While the White House was unable to confirm the validity of Scali’s “back channel” Soviet diplomatic offer, President Kennedy received an eerily similar message from Khrushchev himself on the evening of October 26. In an uncharacteristically long, personal and emotional note, Khrushchev expressed a desire to avoid the horrors of a nuclear holocaust. “If there is no intention,” he wrote, “to doom the world to the catastrophe of thermonuclear war, then let us not only relax the forces pulling on the ends of the rope, let us take measures to untie that knot. We are ready for this.” President Kennedy decided not to respond to Khrushchev at the time. 

Out of the Frying Pan, but Into the Fire

However, the next day, October 27, the White House learned that Khrushchev was not exactly that “ready” to end the crisis. In a second message to Kennedy, Khrushchev emphatically demanded that any deal to remove Soviet missiles from Cuba had to include the removal of U.S. Jupiter missiles from Turkey. Once again, Kennedy chose not to respond.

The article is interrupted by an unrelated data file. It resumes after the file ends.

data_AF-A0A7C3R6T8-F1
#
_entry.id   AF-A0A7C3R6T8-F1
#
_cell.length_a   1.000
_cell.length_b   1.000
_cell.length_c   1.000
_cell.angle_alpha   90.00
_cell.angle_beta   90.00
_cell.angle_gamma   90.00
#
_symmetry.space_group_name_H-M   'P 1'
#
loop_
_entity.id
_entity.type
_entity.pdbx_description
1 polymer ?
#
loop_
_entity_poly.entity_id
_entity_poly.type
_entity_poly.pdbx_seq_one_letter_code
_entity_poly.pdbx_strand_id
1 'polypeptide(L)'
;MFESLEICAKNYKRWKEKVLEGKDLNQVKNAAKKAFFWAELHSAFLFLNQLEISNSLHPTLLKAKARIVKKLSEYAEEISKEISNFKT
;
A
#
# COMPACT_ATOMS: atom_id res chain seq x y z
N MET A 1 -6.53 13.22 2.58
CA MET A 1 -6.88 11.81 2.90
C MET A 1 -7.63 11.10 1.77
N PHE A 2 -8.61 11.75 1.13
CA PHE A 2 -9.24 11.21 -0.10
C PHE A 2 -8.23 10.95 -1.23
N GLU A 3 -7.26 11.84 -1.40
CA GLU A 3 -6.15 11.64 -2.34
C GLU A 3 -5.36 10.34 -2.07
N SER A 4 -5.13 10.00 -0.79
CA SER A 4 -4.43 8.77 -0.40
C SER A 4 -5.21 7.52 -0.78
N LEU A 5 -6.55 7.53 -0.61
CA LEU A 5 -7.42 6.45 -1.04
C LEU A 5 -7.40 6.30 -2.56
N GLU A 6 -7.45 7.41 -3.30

Later the same day, the crisis deepened when a U.S. U–2 reconnaissance jet was shot down by a surface-to-air (SAM) missile launched from Cuba. The U-2 pilot, U.S. Air Force Major Rudolf Anderson Jr., died in the crash. Khrushchev claimed that the Major Anderson’s plane had been shot down by the “Cuban military” on orders issued by Fidel Castro’s brother Raul. While President Kennedy had previously stated he would retaliate against Cuban SAM sites if they fired on U.S. planes, he decided not to do so unless there were further incidents.

While continuing to search for a diplomatic resolution, Kennedy and his advisors began planning an attack on Cuba to be carried out as soon as possible in order to prevent more nuclear missile sites from becoming operational.

As this point, President Kennedy still had not responded to either of Khrushchev’s messages.

Just in Time, a Secret Agreement

In a risky move, President Kennedy decided to respond to Khrushchev’s first less demanding message and ignore the second one.